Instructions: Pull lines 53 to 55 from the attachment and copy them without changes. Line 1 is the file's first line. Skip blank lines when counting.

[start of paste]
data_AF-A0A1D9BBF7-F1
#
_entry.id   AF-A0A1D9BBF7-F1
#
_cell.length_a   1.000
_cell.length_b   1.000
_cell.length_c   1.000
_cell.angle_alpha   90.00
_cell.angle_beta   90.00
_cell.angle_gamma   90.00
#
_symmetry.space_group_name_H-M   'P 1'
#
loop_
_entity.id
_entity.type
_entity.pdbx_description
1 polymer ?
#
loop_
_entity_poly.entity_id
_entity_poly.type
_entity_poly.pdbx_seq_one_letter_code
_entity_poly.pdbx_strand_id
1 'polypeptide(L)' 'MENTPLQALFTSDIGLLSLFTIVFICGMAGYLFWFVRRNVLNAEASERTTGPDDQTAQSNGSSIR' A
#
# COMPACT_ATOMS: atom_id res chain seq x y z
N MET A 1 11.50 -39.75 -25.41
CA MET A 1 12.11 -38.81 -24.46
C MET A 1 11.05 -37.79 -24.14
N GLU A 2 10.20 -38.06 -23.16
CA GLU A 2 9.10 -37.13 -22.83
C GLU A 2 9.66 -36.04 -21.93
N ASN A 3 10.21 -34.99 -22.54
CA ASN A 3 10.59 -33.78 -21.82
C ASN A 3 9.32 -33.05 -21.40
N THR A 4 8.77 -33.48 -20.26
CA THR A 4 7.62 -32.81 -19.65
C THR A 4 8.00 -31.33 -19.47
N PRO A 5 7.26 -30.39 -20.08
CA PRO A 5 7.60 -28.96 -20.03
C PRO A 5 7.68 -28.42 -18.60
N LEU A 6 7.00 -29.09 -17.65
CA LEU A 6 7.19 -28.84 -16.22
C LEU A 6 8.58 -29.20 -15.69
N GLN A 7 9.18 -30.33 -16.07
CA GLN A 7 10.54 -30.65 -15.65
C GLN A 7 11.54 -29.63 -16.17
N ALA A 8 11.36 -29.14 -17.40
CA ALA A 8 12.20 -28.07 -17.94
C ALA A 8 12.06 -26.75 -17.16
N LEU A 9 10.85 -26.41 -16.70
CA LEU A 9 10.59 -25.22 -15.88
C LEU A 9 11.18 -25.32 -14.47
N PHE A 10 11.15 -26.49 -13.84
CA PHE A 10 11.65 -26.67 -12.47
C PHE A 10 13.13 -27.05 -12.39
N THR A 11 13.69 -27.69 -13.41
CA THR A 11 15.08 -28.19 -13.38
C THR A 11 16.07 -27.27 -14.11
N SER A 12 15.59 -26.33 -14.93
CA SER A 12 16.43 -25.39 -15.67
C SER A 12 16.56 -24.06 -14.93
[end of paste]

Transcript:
CA LEU A 9 10.59 -25.22 -15.88
C LEU A 9 11.18 -25.32 -14.47
N PHE A 10 11.15 -26.49 -13.84